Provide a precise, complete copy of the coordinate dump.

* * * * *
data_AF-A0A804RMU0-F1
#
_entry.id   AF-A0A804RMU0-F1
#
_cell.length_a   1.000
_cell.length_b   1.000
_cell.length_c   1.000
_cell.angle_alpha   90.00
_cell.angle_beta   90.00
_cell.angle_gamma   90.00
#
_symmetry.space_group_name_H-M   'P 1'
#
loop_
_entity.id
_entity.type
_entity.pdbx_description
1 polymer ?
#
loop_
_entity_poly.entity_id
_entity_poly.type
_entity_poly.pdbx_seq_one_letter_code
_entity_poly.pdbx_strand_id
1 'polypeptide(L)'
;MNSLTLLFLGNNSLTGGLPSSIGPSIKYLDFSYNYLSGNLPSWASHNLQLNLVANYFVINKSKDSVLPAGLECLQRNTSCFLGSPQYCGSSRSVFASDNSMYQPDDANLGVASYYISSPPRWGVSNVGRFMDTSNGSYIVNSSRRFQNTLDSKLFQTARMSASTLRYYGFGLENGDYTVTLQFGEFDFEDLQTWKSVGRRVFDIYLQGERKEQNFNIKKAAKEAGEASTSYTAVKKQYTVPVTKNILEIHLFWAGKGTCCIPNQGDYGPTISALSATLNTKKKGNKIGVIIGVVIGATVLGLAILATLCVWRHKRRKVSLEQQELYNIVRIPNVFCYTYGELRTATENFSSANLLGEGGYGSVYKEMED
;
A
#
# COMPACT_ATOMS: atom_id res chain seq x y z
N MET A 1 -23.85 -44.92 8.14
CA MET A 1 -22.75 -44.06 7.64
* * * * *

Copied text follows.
data_AF-A0A804RMU0-F1
#
_entry.id   AF-A0A804RMU0-F1
#
_cell.length_a   1.000
_cell.length_b   1.000
_cell.length_c   1.000
_cell.angle_alpha   90.00
_cell.angle_beta   90.00
_cell.angle_gamma   90.00
#
_symmetry.space_group_name_H-M   'P 1'
#
loop_
_entity.id
_entity.type
_entity.pdbx_description
1 polymer ?
#
loop_
_entity_poly.entity_id
_entity_poly.type
_entity_poly.pdbx_seq_one_letter_code
_entity_poly.pdbx_strand_id
1 'polypeptide(L)'
;MNSLTLLFLGNNSLTGGLPSSIGPSIKYLDFSYNYLSGNLPSWASHNLQLNLVANYFVINKSKDSVLPAGLECLQRNTSCFLGSPQYCGSSRSVFASDNSMYQPDDANLGVASYYISSPPRWGVSNVGRFMDTSNGSYIVNSSRRFQNTLDSKLFQTARMSASTLRYYGFGLENGDYTVTLQFGEFDFEDLQTWKSVGRRVFDIYLQGERKEQNFNIKKAAKEAGEASTSYTAVKKQYTVPVTKNILEIHLFWAGKGTCCIPNQGDYGPTISALSATLNTKKKGNKIGVIIGVVIGATVLGLAILATLCVWRHKRRKVSLEQQELYNIVRIPNVFCYTYGELRTATENFSSANLLGEGGYGSVYKEMED
;
A
#
# COMPACT_ATOMS: atom_id res chain seq x y z
N MET A 1 -23.85 -44.92 8.14
CA MET A 1 -22.75 -44.06 7.64